— In a game that flexes linebackers out of the box, Anthony’s athleticism is a X-factor. Said Anthony, “I’m able to play in space. I’ve got good speed. I’m able to cover guys — tight ends, receivers, linebackers — and I play downhill between the tackles.”
— Benched as a sophomore because he was too “fat and happy and lost his focus a little” per his coach Dabo Swinney, he responded as a junior with team-high 131 tackles. Anthony said the experience humbled him, serving as a “reality check.” Also had a daughter at Clemson.
— Grew up a Packers fan in Anson County, N.C., because “there was just something about Brett Favre.”
— Anthony says himself he must get better with his hands on the initial contact with blockers. And does the 40 time, far better than Dawson’s clocked speed, transfer to coverage ability?
Paul Dawson (TCU)
— No linebacker of the five looks better on film than Paul Dawson. At TCU, under one of the best defensive minds in college football, Dawson was a wrecking ball. And on this defense trending toward a nastier, edgier direction, that’d sure be a good thing.
— Also, no linebacker seemed more unprepared for the combine than Paul Dawson. Will a lack of elite (tested) size or speed — whatever your opinion on 40 speed vs. football speed — hinder Dawson at the NFL level?
— Tardiness was an issue for Dawson in TCU. Admitted as such at the combine, vowing he fixed the problem. Like Anthony, Dawson had a child which he said provided needed perspective. Three scouts told McGinn Dawson was “surly” in interviews. Said another, “He’s not incorrigible. He’s immature.” And said another, “He’s the best pure linebacker I saw all season.”
— While the tested numbers weren’t pretty, and you can re-watch Dawson in Indianapolis here, he still managed to make a lot of splash plays in the wide-open Big 12. He plays much, much faster. Conference’s defensive player of the year finished with 20 tackles for loss, six sacks, four interceptions and two forced fumbles.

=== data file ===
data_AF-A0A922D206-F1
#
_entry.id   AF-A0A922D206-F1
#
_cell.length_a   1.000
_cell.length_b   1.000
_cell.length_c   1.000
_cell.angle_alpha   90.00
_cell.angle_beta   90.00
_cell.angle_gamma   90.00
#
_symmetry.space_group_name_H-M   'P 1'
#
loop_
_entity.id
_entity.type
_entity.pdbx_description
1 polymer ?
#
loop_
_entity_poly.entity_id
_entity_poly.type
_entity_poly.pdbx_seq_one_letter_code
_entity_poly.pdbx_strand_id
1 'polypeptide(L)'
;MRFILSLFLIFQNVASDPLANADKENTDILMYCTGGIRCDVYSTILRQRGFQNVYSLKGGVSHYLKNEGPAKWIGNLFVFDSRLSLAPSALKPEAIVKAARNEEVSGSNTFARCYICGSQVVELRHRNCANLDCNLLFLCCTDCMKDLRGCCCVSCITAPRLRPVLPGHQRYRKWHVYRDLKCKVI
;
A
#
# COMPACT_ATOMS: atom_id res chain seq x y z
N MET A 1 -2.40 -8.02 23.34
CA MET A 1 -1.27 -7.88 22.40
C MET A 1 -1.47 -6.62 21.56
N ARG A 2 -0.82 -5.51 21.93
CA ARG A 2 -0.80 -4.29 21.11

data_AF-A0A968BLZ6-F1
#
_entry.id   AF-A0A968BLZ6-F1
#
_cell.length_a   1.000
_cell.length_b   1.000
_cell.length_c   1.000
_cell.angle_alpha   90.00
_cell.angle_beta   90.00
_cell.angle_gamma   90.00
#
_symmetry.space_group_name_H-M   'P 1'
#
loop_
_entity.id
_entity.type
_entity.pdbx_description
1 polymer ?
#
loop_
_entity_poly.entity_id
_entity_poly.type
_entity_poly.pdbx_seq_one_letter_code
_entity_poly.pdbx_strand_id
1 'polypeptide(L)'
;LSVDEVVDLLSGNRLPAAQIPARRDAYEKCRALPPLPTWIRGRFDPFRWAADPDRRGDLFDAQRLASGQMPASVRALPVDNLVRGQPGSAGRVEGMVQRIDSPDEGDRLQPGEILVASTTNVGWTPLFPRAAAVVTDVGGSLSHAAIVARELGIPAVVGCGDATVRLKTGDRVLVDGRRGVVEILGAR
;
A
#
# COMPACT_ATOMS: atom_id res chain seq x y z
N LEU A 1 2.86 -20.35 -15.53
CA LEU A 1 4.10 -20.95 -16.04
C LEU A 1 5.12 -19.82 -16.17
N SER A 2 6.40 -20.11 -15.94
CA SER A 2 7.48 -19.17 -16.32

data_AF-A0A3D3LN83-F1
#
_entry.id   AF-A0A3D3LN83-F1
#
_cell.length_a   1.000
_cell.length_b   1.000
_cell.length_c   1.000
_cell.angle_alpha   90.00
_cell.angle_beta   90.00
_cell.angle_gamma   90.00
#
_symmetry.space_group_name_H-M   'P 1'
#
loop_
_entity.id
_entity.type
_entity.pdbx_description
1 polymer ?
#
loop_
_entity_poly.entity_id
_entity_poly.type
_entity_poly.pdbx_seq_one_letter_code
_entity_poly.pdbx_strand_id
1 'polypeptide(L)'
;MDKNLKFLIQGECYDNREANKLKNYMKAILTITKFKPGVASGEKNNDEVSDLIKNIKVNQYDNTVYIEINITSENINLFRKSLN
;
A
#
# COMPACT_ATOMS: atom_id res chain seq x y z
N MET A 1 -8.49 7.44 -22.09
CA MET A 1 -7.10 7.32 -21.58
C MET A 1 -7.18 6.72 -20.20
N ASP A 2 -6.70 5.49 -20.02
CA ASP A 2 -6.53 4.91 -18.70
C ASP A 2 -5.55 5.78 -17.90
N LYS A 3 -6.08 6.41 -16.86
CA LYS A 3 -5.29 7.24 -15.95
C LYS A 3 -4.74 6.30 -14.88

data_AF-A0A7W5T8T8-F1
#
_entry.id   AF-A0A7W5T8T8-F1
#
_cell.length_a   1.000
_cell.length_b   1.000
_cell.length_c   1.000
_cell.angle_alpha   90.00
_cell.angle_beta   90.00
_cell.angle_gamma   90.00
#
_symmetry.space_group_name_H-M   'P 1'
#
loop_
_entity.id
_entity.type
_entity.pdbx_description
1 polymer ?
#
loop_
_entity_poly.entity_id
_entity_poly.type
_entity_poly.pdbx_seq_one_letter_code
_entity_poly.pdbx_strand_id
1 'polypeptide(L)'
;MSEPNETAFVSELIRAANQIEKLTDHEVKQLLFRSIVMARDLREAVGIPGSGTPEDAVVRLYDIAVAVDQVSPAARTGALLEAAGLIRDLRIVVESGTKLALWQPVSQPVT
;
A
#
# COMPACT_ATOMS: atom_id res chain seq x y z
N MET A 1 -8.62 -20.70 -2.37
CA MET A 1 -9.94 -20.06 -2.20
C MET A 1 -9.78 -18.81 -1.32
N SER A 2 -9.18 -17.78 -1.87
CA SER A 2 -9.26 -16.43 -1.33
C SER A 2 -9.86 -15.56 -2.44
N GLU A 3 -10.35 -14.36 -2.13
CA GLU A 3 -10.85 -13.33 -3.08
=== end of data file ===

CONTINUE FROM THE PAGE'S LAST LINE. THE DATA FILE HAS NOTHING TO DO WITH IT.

— Could potentially be the emotional leader for a defense. Said Dawson, “As a linebacker, you’ve got to be the leader. You’ve got to be the one pulling everybody along no matter how the game is going. So yeah, I was that emotional person just getting everybody going. I make plays and that just gets the whole team hyped up.”
Denzel Perryman (Miami)
— Probably the hardest hitter of the five. One scout compared the 5-foot-11, 236-pound Perryman to Chris Borland, saying “Very good feet laterally in the box. Not great long speed. Very physical. Very similar.” Scouts also see space limitations. Perryman did not cover much in college.
— Has a fan in Packers senior personnel executive (and former Hurricane) Alonzo Highsmith. Said Perryman, “He told me he has a to-do list for me on a sheet of paper. Adrian Peterson and Marshawn Lynch. I was like, ‘OK.'”
— Highlight reel is a mash-up of mashing hits. Front-flipped to take down South Carolina QB Dylan Thompson. “I’m smart, I’m physical,” Perryman said. “I’m a downhill, hard-nosed dog.” Yet teams are concerned if Perryman can cover running backs out of the backfield. This will be a new challenge for Perryman, who said “A lot of times the running backs stayed in the backfield, so I just sat there and read the quarterback more or I’d go hunt the quarterback.”
— Leading a defense is nothing new to Perryman. Said his position coach Hurlie Brown, “You’ve got to have a guy in the middle who can control the defense and spark everybody’s play — get everybody lined up, is smart enough, physical enough and athletic enough to make plays. That’s what he does for us. That’s what he did for us.”
So if you’re Ted Thompson, do you take one at No. 30, trade down, hold your breath through the second round or trade up later on?
The draft will finally begin on Thursday night.
From Bob McGinn of the Journal Sentinel
~The Journal Sentinel’s Bob McGinn assesses the top linebackers in the draft this week. Included is each player’s height, weight, 40-yard dash time and projected round.